Donor Unknown: Adventures in The Sperm Trade


Written by Priscilla Eyles
Photos and illustrations by Redbird Media and Met Film
13 Monday 13th June 2011

What first drew you to filming this story?

What I was really interested in was a how a group of people were trying to find a new set of relationships, brought about by technology - the internet, but also by the technology of reproduction. There’s a very a tight story around wonder and the offspring that come about because of [Jeffrey’s] donations.

The film raises a lot of questions about identity, is this a theme that particularly interests you?

The question of how people define themselves is maybe something I’m interested in, and there’s also something about masculinity which interests me.  I was interested in Jeffrey as much as I was interested in the children and the idea of this man who’d run as far away from family as you could go, who was suddenly confronted by a kind of family and what that meant.

How much do you identify with Jeffrey and how much do you hope the audience will identify with him?

[laughs] Well I think everyone must identify at some level with getting into a van and heading off to the West Coast! There are certainly things about Jeffrey’s experience that I like and recognise and I think a lot of people recognise, and I think his kids really recognise themselves in him. I think the task of a documentary is interesting because you portray someone from the outside, but you can also portray to a certain extent their thoughts and what motivates them. So you’re seeing them how others see them, but you’re also trying to see them as they see themselves; and in Jeffrey those two things play off each other, because other people have strong opinions about him. You hopefully get to learn more about him and empathise with him.

Do you think there’s a danger of some people writing Jeffrey off as an eccentric old hippy?

People respond to him differently, some people are really irritated by him at least at the beginning. I think there was one review that said, “If you don’t like Californian feelings-speak, vast swathes of this film are going to turn you off.” I think what’s interesting is I’m not agreeing with Jeffrey necessarily about his view on the world, but I’m trying to show it in a way which gives him enough credit as possible to explain it.

Do you think a film like The Kids Are Alright has opened the way to making people more interested in contemporary biological issues?

I haven’t seen The Kids Are Alright, but I think biomedical science is the thing that’s most going to change our world in our lifetimes.  I think it’s really going to change our sense of who we are. So I think there is going to be much more discussion about what that means, because our understanding of it really lags behind the science, and our duty to society to think through the ethical issues of it are way behind the science of it.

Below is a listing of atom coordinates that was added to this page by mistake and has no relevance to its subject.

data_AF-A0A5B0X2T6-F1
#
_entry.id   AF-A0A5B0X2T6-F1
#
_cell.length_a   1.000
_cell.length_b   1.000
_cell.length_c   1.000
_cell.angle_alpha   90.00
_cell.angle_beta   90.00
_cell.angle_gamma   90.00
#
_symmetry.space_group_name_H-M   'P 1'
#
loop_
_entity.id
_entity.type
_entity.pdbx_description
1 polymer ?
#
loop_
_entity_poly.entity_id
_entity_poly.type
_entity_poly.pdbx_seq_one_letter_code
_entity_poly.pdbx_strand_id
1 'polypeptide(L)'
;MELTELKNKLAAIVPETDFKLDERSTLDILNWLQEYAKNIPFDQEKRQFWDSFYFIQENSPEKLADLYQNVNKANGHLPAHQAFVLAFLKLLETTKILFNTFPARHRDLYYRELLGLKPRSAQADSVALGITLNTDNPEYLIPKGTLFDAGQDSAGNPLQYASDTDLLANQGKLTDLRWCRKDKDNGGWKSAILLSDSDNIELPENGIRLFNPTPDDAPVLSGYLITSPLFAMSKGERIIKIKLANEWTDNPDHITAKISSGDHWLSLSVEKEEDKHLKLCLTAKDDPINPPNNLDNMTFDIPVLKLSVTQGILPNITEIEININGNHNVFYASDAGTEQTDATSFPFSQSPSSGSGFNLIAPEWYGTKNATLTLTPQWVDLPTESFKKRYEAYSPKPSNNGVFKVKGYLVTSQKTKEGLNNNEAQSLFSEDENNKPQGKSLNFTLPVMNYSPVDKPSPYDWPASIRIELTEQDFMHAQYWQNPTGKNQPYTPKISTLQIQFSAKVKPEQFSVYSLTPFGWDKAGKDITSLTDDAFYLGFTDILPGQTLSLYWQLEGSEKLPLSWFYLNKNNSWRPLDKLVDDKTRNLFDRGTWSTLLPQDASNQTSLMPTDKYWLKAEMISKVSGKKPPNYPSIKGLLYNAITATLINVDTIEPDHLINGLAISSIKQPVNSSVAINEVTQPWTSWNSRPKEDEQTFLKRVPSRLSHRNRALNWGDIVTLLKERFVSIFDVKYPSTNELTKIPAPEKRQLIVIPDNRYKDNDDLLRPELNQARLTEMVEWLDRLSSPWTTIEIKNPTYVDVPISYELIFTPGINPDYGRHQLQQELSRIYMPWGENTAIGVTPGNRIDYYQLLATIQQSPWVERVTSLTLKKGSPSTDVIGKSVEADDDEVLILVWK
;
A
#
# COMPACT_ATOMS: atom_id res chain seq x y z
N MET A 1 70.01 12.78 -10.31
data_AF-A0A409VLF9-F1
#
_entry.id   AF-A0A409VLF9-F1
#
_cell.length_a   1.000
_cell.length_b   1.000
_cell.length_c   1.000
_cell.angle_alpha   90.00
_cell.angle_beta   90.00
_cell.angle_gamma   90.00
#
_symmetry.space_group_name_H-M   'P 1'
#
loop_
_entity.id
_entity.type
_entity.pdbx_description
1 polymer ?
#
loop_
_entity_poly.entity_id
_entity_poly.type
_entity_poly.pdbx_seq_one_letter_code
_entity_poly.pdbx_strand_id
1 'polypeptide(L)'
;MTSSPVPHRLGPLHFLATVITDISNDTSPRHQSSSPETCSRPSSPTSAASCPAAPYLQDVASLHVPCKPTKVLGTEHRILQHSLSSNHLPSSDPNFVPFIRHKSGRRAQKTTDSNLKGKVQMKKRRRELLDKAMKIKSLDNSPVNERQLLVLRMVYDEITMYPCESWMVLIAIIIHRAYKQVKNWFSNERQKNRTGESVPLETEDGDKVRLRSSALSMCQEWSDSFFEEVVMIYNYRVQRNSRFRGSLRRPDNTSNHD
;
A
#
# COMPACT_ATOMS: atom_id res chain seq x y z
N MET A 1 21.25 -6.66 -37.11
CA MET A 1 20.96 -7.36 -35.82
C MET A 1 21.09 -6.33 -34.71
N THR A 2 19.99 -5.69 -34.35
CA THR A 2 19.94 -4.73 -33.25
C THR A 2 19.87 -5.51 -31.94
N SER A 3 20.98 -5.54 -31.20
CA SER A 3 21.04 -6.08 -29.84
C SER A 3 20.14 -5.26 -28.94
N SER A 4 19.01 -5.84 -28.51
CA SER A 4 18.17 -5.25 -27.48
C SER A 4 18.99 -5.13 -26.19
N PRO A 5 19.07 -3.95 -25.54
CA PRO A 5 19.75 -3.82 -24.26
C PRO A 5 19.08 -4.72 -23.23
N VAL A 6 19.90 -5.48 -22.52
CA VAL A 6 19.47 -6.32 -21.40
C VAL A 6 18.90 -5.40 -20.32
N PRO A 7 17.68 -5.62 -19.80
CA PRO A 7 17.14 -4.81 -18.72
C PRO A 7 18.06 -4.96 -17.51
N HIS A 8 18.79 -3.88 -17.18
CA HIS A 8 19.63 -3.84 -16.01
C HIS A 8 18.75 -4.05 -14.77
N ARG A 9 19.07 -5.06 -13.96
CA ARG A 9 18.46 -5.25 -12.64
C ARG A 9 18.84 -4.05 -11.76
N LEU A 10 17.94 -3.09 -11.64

The film seems to question the morality of sperm banks like the Cryobank, do you think there should be more regulation?

I think the situation in the UK is really different, it’s much more regulated. America being America it’s left much more up to commercial forces. I think the California Cryobank is pretty responsible in what it does on the whole but its primary concern is not children. Its primary concern is about enabling people to get pregnant, so inevitably it’s not prioritising the needs of the kids once they’re born and I think that is a problem. The way the UK has gone, which is to say that if you donate sperm or an egg you need to be willing to be contacted by your offspring, I think is the right way of going.

How has being a British filmmaker impacted this documentary?

Partly it’s quite difficult. The film I made before, Heavy Load [Ed – documentary following the rise of a disabled punk band], was about a bunch of people who lived ten miles away from me, whereas in this film they live 4,000 miles away which means a really different kind of filming. You’re trying to get to know someone really quickly on the same day that you’re filming with them and especially with an intimate story like this, that gets quite difficult. But at the same time to be filming a story about the States, it’s interesting to be an outsider, because you see things that people within the culture don’t see. In some ways it is a film about America, and it’s about American ideas about family and connections. 

What’s your next project?

It’s going to be called Town of Runners, and it’s about a village in Ethiopia that has produced a lot of world champion long distance runners, it’s about two girls in that village who at the start of the film are 13 and who want to be runners. I’ve been filming them since 2008.

Donor Unknown: Adventures in the Sperm Trade is due to be broadcast 28 June on More4. You can also catch the film in theatres at Picadilly Circus and London ICA until 16 June, more details of which can be found here.

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